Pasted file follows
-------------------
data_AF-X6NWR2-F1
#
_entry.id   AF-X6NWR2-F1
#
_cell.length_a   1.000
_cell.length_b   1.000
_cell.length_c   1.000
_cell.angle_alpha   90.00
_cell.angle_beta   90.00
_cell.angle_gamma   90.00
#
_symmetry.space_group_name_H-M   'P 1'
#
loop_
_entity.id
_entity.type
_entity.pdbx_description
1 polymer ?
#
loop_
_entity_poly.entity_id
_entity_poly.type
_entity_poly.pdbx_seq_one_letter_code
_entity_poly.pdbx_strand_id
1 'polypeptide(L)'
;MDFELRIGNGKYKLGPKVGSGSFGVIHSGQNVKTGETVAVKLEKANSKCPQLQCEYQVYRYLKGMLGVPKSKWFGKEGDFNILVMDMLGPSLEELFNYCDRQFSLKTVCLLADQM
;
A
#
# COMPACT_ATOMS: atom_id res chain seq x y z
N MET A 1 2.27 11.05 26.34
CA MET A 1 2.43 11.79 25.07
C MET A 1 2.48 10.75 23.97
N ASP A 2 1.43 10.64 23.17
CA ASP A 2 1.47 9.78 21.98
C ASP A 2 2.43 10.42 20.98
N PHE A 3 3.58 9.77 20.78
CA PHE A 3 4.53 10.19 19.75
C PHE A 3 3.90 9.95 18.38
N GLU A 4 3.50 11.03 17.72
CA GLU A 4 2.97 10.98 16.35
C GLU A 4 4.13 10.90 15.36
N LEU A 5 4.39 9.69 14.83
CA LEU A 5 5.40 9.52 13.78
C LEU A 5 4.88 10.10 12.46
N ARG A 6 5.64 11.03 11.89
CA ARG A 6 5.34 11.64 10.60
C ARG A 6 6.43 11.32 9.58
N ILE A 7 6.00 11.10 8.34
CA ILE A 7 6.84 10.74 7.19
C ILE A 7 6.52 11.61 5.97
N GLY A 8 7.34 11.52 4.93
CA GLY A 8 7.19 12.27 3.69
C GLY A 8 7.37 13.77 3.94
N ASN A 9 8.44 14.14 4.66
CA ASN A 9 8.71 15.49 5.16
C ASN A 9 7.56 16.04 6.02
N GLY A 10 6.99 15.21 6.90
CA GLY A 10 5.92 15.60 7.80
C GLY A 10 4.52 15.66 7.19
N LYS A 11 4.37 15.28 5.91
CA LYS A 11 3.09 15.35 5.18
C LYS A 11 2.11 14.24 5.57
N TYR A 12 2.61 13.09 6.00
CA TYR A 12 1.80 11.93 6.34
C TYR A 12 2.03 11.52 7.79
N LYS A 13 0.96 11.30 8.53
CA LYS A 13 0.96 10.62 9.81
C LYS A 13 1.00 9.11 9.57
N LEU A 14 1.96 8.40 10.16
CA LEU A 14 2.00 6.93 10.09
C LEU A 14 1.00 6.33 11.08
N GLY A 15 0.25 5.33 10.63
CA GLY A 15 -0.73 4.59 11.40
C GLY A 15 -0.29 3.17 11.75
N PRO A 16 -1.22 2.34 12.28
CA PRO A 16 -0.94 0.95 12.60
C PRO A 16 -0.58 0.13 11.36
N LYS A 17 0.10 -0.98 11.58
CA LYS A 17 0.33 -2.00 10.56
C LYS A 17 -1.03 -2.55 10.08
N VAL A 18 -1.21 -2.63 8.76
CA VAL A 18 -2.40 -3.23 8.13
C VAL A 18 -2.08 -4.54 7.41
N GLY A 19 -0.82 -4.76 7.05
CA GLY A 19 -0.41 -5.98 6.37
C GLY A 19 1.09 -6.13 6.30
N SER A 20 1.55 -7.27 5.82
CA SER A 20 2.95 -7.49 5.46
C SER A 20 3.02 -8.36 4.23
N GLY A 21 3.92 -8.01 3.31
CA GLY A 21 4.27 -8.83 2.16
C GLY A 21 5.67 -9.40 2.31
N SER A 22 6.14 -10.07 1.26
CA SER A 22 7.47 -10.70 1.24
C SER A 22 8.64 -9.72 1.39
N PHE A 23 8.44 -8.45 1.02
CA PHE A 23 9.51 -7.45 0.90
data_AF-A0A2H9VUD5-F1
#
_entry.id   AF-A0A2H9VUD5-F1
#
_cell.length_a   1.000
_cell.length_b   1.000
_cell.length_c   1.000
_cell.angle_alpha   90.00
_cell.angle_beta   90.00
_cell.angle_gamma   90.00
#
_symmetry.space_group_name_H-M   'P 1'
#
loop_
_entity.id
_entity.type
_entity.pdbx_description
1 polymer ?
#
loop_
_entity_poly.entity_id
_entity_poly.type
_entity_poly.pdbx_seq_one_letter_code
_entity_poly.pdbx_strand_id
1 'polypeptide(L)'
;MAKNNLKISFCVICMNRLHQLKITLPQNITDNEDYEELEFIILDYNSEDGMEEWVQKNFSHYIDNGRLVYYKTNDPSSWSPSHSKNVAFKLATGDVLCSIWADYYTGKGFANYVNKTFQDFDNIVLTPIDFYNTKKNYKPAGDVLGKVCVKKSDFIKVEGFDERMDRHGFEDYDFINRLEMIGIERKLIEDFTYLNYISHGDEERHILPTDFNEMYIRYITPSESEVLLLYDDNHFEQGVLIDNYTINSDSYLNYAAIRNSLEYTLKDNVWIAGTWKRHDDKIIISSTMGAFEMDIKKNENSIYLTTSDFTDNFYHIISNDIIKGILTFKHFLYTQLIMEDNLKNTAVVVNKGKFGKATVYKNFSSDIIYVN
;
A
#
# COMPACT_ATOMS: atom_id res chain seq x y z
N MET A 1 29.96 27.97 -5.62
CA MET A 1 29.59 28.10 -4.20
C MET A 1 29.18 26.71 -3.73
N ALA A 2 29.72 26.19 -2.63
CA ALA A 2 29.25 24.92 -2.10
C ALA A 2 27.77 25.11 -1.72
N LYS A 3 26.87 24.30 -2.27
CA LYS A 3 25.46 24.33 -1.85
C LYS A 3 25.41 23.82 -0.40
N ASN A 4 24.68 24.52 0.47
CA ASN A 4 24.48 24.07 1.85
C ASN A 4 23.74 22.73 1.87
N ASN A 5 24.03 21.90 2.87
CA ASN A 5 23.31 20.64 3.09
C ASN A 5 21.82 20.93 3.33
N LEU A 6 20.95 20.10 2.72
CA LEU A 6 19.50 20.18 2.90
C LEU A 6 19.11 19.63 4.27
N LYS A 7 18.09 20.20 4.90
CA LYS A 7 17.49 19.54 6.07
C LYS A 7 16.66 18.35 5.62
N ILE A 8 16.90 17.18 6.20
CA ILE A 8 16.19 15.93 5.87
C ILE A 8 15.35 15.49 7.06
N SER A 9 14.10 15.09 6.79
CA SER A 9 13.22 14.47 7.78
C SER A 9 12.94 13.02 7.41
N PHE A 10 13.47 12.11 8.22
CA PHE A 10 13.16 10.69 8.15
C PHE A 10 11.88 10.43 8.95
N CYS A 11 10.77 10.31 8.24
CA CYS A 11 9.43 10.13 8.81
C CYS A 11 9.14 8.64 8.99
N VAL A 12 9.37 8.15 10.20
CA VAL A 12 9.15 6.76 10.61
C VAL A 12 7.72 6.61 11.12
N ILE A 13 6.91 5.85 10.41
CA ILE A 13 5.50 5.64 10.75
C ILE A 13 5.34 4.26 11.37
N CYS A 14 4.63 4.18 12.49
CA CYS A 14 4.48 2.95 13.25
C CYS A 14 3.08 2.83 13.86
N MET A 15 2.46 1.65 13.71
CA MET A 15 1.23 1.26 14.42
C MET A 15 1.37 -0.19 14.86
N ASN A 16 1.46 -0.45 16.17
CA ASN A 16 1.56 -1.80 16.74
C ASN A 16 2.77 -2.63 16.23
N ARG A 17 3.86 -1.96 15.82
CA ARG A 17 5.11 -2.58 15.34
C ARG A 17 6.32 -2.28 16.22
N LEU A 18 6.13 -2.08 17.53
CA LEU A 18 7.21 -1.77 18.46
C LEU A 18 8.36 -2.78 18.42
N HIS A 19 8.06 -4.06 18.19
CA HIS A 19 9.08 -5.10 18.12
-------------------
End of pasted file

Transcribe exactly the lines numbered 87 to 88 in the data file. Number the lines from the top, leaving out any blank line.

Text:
C GLY A 19 1.09 -6.13 6.30
N SER A 20 1.55 -7.27 5.82